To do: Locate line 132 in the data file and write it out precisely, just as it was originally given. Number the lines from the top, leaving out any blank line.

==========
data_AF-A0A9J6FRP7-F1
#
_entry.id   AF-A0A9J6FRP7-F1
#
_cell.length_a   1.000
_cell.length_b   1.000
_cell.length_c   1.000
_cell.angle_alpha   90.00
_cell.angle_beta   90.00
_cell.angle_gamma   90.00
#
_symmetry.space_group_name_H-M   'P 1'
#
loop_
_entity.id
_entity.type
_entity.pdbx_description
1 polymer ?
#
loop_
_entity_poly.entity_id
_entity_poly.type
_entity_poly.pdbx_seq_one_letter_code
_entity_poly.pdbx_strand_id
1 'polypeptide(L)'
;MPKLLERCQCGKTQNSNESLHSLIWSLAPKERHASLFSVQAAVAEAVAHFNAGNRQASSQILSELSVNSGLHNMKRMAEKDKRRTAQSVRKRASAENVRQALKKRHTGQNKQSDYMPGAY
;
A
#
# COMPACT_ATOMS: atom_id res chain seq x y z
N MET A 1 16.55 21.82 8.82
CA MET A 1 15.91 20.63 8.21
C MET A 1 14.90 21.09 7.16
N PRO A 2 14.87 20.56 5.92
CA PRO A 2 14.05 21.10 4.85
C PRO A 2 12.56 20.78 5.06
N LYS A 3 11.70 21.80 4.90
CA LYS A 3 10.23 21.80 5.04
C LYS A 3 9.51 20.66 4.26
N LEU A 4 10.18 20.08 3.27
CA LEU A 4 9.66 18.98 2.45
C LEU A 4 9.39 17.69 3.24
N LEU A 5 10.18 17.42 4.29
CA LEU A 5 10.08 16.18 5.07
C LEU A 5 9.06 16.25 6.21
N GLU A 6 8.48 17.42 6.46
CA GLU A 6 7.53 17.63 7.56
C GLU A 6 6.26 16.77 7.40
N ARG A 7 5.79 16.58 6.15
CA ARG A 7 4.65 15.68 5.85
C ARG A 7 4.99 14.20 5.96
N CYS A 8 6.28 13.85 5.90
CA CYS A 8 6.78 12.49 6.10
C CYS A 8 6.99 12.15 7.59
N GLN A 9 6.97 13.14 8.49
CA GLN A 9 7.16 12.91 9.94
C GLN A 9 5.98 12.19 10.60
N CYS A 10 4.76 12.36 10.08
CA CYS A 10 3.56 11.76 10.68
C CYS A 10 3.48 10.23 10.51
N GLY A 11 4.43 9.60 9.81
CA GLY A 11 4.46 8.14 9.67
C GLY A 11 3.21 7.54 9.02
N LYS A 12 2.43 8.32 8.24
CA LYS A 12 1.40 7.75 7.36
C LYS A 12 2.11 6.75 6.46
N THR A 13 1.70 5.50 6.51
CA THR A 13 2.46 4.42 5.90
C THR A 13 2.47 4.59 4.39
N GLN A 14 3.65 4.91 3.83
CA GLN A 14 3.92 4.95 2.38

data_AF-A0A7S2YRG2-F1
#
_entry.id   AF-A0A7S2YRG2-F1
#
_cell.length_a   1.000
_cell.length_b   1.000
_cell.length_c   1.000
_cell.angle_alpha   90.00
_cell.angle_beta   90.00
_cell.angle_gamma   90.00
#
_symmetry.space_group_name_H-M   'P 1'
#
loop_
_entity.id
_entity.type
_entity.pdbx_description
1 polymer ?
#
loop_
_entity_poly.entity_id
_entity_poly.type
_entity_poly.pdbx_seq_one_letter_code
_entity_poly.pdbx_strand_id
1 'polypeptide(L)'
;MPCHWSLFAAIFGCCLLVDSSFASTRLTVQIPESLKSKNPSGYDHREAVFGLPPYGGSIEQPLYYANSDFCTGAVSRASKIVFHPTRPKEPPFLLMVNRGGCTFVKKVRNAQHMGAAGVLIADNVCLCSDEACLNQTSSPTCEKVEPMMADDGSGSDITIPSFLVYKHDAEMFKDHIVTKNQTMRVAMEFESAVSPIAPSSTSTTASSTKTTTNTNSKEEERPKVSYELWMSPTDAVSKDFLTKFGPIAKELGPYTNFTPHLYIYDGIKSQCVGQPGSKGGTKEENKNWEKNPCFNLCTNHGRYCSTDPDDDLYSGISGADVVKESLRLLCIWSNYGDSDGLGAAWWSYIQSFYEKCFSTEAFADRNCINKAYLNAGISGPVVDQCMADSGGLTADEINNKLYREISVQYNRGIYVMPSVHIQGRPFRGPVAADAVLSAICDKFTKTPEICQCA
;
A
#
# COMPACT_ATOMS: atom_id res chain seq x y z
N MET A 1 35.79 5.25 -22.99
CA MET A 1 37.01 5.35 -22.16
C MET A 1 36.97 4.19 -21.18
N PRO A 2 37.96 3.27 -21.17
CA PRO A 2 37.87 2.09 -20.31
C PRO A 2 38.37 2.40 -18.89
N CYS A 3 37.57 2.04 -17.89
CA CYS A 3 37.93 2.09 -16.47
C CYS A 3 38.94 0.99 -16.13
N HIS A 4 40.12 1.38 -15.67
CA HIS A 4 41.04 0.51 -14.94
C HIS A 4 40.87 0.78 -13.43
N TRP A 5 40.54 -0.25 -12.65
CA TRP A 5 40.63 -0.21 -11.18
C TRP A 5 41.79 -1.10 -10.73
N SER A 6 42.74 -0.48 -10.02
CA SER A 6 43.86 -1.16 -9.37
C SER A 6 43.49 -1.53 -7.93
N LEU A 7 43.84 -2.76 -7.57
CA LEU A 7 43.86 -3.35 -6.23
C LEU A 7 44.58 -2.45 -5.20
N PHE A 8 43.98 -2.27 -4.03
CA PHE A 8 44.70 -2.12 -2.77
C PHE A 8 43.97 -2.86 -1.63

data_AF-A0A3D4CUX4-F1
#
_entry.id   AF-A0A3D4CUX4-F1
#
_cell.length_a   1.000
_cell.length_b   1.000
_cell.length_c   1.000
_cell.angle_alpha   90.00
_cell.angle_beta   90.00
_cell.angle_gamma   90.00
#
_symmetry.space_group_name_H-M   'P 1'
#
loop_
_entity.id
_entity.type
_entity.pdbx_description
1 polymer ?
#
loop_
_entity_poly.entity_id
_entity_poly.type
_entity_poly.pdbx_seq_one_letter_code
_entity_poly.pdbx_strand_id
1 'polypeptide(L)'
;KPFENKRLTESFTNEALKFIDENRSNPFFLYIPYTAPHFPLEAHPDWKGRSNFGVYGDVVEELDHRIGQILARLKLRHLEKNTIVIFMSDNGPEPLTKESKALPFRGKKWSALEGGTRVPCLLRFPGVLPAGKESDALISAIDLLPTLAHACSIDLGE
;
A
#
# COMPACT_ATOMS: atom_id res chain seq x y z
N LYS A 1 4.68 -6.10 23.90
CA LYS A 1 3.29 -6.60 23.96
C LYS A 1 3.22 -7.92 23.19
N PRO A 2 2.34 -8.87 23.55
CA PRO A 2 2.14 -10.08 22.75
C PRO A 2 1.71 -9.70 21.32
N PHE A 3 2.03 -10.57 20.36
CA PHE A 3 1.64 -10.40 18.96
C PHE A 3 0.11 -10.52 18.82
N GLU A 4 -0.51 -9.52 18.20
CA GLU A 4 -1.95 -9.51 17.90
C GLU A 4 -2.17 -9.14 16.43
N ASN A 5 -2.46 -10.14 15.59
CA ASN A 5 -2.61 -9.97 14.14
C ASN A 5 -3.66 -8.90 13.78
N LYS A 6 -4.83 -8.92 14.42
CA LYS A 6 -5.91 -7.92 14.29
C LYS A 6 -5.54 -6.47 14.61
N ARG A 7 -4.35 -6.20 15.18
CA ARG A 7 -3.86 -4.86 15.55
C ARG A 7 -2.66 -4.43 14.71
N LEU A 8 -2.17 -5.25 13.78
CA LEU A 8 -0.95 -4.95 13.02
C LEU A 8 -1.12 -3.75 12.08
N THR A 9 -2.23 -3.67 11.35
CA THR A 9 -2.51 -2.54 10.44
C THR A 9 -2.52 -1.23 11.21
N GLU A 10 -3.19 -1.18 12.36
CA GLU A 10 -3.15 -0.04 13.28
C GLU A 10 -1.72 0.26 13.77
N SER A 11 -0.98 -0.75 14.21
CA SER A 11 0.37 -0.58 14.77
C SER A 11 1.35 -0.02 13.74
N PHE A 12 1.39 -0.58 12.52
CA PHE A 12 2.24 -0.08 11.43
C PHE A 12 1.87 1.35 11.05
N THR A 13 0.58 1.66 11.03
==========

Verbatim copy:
_cell.length_c   1.000